There's going to be a new face at Cleveland Metroparks Rangers Headquarters starting October 28. An adorable, whiskered face to be exact. That's the day the Ranger division accepts the donation of a 6-week-old German shepherd puppy to be trained as its next K-9 officer.
The puppy will meet his new handler, Ranger Mike Barr, for the first time at a press conference to be held at 10 a.m. Monday, October 28 at Euclid Park Elementary, 17914 Euclid Ave. in Cleveland.
The puppy's name, which was chosen by Barr, will be revealed at the press conference after the public has a chance to guess the name during an online contest kicking off on Monday, October 21. A random winner will be chosen from the correct entries to receive a Cleveland Metroparks prize pack.
The law enforcement tradition of having the handler name the dog is vital to the lifelong bond the two of them will share. The dog will live with Barr 24-7 for the rest of its life. Due to the age and career experience level of most officers that become handlers, and the longevity of a dog's life, many handlers will only get to be partnered with one K-9 officer in their career.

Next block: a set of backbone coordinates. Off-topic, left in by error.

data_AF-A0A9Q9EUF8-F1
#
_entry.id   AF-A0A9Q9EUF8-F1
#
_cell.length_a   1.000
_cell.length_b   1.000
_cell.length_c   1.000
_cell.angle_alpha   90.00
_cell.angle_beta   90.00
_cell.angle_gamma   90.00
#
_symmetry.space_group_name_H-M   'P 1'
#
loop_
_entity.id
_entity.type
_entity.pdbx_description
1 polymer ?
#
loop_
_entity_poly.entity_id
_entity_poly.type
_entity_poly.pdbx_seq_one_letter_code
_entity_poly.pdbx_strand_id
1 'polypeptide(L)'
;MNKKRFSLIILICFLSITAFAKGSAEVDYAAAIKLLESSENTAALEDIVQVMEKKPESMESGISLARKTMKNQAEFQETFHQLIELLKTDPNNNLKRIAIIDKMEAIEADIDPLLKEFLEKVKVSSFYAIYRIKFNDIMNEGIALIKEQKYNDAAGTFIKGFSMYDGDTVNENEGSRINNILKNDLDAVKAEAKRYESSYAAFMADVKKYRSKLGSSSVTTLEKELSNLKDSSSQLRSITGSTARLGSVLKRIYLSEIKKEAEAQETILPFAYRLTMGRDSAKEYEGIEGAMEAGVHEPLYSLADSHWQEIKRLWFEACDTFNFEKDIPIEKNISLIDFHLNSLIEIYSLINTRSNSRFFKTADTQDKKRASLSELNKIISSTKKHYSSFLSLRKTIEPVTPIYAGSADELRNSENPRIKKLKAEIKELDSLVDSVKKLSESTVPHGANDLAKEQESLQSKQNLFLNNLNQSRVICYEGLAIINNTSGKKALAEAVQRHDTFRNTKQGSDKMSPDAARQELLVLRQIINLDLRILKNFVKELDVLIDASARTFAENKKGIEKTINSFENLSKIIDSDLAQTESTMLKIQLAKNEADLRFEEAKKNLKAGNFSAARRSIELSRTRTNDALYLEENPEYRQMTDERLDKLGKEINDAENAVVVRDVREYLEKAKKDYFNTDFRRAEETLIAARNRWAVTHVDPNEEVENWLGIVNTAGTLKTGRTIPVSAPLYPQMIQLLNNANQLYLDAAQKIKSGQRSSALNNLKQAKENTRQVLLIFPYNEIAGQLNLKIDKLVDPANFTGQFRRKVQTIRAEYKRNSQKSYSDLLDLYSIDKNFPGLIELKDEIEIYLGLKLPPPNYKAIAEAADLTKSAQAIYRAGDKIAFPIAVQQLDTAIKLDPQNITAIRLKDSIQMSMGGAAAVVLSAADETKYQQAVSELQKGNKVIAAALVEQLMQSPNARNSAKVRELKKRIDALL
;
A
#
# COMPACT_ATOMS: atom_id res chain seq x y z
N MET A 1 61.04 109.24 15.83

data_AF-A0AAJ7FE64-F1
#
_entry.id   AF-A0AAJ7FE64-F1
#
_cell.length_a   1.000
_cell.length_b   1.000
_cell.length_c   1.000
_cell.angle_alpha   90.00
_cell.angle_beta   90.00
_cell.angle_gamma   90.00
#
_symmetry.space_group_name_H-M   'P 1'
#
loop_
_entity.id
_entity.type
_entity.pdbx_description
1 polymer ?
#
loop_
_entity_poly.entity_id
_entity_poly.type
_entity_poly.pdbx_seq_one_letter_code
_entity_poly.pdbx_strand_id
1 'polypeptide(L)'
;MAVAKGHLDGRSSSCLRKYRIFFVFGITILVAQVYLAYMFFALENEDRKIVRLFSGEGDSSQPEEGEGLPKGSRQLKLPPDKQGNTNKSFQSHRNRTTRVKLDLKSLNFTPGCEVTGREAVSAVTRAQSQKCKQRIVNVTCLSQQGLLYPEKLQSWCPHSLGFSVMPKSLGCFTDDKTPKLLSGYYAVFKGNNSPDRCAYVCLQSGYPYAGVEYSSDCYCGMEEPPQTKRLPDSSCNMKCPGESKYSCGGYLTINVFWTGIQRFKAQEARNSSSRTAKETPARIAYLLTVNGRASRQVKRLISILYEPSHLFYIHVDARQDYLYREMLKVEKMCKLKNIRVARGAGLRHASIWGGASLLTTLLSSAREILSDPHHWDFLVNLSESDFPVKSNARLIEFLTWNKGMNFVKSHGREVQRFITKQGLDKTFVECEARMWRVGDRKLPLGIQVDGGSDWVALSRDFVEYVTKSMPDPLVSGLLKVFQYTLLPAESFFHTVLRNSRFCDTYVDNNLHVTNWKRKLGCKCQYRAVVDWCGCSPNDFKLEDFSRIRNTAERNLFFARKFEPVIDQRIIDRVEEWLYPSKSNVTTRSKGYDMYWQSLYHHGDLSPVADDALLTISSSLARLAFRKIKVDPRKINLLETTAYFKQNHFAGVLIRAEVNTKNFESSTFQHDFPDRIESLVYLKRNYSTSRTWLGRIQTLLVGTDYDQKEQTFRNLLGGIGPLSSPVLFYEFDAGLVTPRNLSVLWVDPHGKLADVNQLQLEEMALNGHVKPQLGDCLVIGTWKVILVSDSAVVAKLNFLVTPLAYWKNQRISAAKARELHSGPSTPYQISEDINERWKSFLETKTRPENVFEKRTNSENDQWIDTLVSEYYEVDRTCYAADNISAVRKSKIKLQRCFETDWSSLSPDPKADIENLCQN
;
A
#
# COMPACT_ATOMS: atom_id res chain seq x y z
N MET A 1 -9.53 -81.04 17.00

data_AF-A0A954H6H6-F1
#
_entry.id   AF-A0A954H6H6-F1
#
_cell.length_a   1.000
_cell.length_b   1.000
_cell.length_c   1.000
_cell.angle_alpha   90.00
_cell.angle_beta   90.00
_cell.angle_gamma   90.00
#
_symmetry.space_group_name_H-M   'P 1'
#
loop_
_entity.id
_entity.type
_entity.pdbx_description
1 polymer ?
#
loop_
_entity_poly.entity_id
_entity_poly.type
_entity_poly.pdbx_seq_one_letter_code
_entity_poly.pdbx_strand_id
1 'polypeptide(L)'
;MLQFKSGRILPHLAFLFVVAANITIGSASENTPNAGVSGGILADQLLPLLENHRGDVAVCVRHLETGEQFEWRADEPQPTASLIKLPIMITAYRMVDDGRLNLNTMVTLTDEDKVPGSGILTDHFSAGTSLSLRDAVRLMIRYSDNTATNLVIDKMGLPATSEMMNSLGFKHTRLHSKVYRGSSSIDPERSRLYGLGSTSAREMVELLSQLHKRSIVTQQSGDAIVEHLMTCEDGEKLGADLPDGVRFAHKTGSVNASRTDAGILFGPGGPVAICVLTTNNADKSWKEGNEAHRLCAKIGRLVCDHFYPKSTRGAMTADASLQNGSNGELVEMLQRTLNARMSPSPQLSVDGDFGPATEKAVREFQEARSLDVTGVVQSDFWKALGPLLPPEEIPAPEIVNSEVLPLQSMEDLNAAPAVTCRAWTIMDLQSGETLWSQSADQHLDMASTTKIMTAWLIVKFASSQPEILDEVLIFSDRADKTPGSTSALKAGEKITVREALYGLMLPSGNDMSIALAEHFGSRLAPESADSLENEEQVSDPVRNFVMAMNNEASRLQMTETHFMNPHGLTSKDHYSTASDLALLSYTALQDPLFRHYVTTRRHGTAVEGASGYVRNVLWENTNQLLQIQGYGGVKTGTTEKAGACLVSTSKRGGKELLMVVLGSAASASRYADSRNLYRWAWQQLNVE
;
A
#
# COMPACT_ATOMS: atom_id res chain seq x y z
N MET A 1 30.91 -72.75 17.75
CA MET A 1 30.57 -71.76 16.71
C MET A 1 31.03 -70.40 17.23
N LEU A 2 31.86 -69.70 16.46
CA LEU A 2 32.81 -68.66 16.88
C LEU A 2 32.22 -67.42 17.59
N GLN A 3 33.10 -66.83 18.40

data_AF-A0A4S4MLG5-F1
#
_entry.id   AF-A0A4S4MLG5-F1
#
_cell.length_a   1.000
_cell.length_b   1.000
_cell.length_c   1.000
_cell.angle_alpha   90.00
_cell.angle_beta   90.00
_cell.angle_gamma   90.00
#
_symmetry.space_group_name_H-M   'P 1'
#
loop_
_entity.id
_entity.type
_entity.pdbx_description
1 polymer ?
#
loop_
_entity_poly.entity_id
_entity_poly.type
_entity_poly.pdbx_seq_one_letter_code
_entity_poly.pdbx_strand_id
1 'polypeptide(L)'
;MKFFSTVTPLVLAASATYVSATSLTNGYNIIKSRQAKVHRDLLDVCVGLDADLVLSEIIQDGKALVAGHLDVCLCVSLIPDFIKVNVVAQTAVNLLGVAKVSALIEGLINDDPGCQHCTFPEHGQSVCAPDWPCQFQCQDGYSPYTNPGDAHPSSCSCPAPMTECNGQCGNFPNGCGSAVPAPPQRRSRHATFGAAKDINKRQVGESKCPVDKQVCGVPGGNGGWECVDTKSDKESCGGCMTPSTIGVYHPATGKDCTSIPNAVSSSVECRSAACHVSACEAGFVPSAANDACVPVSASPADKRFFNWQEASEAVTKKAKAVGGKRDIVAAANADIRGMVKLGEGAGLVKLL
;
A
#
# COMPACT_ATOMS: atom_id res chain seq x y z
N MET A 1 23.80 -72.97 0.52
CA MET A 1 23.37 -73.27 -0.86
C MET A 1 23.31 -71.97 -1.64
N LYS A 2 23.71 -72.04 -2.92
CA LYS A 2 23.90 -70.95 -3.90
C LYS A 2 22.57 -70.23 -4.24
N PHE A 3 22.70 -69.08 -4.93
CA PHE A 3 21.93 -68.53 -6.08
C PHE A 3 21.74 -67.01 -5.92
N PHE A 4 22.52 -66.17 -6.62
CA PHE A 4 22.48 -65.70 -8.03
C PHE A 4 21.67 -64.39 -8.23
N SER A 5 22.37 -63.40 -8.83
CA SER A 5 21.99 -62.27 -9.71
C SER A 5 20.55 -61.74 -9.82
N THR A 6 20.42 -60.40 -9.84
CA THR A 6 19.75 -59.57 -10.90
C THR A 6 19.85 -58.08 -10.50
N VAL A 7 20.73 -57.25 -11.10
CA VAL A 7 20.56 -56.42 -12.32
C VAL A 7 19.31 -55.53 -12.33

During the news conference, the students at Euclid Park will be among the first members of the public to see the puppy and will get a demonstration from the Rangers' other K-9 units on the kind of work police dogs perform.
After he completes his training, the new puppy will join the Rangers' three other active duty K-9 officers, Rocky, Logan and Gambit, in the field. All of the K-9 officers in the division, including retired K-9 Radar, were donated by police dog trainer Tom Schmidt, founder of Buckeye Area Regional K-9 Training Unit, or BARK for short. The length of time spent preparing for active duty will depend on a number of factors.
�The amount of time it takes to train a K-9 officer completely depends on the dog and the handler,� said the head of the Ranger's K-9 unit, acting Capt. Sean Flanigan. �We start with narcotics and detection first, which could take up to nine months. Then after the dog becomes a little more mature, we move on to apprehension training, which could take up to a year and a half. We don't rush it, it's very intense training.�
Cleveland Metroparks Ranger Division has a long history of dedication to the Park District and Northeast Ohio. Since its founding in 1920 as the Cleveland Metropolitan Park District Police Department and the hiring of its first officer in 1921, the Rangers have protected generations of park visitors.